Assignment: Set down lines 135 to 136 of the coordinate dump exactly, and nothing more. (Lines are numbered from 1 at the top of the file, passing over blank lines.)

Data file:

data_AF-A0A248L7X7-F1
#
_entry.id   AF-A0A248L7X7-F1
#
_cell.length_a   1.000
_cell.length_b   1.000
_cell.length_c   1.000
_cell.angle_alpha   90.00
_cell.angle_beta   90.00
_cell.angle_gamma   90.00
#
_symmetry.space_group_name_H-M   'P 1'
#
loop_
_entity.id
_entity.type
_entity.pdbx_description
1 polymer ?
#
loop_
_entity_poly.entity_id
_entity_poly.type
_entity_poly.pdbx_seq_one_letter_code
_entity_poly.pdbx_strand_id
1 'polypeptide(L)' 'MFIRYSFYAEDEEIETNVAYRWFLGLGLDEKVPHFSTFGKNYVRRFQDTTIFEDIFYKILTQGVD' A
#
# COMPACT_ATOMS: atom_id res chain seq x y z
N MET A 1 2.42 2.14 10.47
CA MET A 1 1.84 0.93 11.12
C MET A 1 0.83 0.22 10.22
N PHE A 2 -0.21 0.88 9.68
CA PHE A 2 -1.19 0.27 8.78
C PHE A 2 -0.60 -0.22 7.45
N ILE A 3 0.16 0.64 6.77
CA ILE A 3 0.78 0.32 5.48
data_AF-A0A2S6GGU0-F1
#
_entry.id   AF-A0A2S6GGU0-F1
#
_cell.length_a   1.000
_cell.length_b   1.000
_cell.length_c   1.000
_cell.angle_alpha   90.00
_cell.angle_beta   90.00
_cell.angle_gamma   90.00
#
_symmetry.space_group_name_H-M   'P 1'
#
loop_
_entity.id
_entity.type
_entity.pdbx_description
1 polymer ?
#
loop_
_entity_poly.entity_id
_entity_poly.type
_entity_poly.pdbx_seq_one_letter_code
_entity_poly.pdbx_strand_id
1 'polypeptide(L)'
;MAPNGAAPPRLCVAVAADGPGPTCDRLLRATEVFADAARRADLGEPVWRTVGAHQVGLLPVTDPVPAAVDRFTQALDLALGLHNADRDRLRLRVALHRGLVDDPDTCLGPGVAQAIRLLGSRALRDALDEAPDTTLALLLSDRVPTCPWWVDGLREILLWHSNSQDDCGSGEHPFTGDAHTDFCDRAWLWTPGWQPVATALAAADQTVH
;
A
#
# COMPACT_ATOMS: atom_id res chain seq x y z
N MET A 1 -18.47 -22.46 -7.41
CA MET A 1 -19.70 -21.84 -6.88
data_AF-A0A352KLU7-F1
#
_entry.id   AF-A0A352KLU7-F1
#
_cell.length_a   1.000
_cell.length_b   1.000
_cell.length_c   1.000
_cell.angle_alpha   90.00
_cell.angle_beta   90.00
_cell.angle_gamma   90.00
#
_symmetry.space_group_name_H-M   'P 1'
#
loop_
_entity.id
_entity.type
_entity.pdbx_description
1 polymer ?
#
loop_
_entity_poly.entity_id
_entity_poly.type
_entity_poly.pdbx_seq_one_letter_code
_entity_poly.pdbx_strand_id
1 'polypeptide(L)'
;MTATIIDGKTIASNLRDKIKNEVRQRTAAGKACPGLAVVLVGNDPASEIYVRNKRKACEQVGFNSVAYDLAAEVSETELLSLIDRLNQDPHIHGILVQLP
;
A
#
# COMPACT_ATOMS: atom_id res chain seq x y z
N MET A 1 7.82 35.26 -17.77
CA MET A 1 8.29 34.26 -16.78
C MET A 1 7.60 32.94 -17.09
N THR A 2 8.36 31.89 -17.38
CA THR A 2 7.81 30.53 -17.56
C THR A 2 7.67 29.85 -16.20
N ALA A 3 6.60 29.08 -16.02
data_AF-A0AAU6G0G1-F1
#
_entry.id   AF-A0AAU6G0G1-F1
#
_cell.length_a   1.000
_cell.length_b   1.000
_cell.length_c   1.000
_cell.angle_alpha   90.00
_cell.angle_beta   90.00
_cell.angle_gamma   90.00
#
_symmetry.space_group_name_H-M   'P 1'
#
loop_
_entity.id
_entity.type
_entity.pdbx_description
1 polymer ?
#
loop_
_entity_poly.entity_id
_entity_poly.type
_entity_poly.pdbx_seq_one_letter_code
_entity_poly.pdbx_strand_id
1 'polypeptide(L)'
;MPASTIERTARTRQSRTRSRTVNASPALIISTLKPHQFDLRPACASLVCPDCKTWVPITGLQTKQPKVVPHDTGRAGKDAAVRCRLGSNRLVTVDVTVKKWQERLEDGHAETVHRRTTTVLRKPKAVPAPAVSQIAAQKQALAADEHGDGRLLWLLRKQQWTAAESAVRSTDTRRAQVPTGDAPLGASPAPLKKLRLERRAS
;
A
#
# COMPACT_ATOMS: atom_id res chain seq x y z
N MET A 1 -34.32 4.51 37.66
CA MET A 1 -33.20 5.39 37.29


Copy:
N MET A 1 -34.32 4.51 37.66
CA MET A 1 -33.20 5.39 37.29